We are continuing to have some relief from the algae on North Pond. The most recent Secchi disk measurement (taken by Dr. Whitney King from Colby College on 8/19) was 8 ft, indicating that this particular bloom is over for the time being. Depending on the weather conditions, another bloom may occur before the end of the summer season. If weather stays cool and windy like the past few days, we may be lucky! But if we get hot stagnant weather again, there is a good chance of the lake stratifying and going anoxic again, pumping phosphorus out of the sediments and into the water for algae to consume.
Despite less algae in the water, we are continuing with toxin testing. This is because research has indicated that one of the periods in which cyanobacteria produce toxins is when there is high productivity, in other words, when they are growing. So, if a new bloom is forming, we want to measure while it is forming, in addition to after it is in full bloom.
Because the wind was blowing from the NW today, we took samples on the southern shore of North Pond and Little North Pond, along with a sample from Great Meadow Stream at the Rt 225 bridge. There was fortunately still no microcystin toxin detected at any of the sites!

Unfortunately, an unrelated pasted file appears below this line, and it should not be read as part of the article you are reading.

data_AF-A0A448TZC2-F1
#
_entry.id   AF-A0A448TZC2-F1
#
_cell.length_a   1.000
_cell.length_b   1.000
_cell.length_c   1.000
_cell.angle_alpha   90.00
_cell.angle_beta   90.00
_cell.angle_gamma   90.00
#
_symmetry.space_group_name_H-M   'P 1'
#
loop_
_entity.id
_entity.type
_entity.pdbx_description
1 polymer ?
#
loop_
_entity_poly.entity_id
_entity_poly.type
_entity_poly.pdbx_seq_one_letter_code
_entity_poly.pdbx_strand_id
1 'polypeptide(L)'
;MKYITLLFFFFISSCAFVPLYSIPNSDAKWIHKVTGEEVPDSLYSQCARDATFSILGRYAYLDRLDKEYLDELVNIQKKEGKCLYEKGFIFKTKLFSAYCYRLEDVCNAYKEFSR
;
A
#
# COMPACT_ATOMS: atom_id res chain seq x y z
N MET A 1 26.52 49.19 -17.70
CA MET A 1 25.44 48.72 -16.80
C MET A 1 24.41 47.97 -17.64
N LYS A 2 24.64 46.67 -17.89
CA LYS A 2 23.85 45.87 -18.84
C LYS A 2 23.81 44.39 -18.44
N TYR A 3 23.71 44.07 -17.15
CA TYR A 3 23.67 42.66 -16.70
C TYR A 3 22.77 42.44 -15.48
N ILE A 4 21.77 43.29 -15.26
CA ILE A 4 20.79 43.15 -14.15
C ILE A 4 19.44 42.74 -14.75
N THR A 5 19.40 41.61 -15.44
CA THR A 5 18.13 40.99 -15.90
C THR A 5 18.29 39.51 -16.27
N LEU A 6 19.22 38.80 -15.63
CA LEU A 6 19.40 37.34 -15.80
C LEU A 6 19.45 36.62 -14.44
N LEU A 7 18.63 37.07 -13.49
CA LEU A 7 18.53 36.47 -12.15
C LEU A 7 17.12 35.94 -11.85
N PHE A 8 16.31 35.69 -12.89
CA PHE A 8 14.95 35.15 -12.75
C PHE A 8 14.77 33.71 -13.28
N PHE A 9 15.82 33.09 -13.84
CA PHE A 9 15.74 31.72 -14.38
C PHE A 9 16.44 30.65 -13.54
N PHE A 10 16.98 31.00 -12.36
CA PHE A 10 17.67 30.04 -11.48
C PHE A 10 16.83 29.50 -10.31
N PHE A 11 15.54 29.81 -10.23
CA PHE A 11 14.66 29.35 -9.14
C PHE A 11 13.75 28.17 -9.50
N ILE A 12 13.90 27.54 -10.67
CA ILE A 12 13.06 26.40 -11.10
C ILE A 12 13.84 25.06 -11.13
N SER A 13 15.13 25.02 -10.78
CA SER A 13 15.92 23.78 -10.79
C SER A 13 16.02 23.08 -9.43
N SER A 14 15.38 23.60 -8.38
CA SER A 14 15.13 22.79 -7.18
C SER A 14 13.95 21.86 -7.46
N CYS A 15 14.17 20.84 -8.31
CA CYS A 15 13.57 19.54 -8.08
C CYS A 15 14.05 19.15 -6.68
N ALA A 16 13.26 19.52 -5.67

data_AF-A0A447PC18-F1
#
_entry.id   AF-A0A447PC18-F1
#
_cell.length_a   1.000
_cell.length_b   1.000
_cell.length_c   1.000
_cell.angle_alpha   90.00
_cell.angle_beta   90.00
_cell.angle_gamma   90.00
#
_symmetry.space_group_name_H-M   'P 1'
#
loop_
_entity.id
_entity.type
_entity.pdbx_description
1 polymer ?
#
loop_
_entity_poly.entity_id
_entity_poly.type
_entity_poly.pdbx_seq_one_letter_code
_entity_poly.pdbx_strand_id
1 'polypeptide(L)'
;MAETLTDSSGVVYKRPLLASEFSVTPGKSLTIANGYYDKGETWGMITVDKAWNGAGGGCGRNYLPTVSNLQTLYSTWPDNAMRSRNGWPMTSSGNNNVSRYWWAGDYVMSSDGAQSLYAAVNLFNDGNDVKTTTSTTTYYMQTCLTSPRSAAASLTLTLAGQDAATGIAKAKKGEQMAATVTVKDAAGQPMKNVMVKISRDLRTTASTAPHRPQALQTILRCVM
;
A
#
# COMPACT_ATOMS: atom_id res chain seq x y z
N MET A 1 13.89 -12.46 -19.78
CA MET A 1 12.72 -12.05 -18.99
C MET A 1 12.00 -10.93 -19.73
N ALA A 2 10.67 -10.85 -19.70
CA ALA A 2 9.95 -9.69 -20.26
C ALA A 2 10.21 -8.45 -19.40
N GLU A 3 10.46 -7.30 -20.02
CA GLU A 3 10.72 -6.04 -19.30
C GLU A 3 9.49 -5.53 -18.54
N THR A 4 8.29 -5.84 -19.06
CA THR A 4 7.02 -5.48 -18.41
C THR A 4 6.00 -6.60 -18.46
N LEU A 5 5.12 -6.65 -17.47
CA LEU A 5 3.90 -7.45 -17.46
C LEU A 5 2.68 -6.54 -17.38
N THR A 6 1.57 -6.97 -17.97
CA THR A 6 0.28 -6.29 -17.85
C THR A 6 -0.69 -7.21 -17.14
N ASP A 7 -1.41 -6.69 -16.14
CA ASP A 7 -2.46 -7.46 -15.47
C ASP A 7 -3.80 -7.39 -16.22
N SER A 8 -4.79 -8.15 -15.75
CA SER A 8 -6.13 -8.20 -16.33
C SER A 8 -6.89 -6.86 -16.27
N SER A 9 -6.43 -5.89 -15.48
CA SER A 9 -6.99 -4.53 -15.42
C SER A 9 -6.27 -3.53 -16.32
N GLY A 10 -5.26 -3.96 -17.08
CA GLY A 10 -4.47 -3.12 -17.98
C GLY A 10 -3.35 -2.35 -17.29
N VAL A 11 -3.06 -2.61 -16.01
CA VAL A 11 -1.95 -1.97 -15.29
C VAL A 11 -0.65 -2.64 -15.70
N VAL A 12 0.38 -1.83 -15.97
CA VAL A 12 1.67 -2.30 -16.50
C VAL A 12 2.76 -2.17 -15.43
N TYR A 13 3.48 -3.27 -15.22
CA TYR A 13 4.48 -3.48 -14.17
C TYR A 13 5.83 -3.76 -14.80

Results from Abraxis Microcystin Rapid Tests. If the sample line is darker than the control line, that means there is no microcystin present.
We tested on the downwind side of the lake because that is where we expect algae to accumulate. But you can help us with picking sampling locations by reporting any scums that might develop on your shoreline using this Google form here:
At the 7 Lakes Alliance, we have an instrument called the FlowCam, which is essentially a microscope attached to a camera. When we compare the algae samples from 8/6 and 8/19 on North Pond, you can see the difference between the cyanobacterial bloom and the conditions now. The long chains on the top are a cyanobacteria called Dolichospermum (formerly Anabaena). Almost all the images from 8/6 are of this type of cyanobacteria! They can form quite long chains, and they can control their buoyancy, so they float to the top and block out light for other algae, basically making it very difficult for anyone else to compete. When we look at the sample from 8/19 on the bottom, you can see there is now a variety of algae in the lake and no Dolichospermum anymore!
FlowCam images from North Pond water samples from 8/6 (top) and 8/19 (bottom).
The North Pond Association is convening the first meeting of their science committee tonight, where we will discuss the measurements that are needed to help identify the most important sources of phosphorus. In the meantime, get in touch with the NPA LakeSmart coordinator to make sure your property isn’t one of the phosphorus culprits!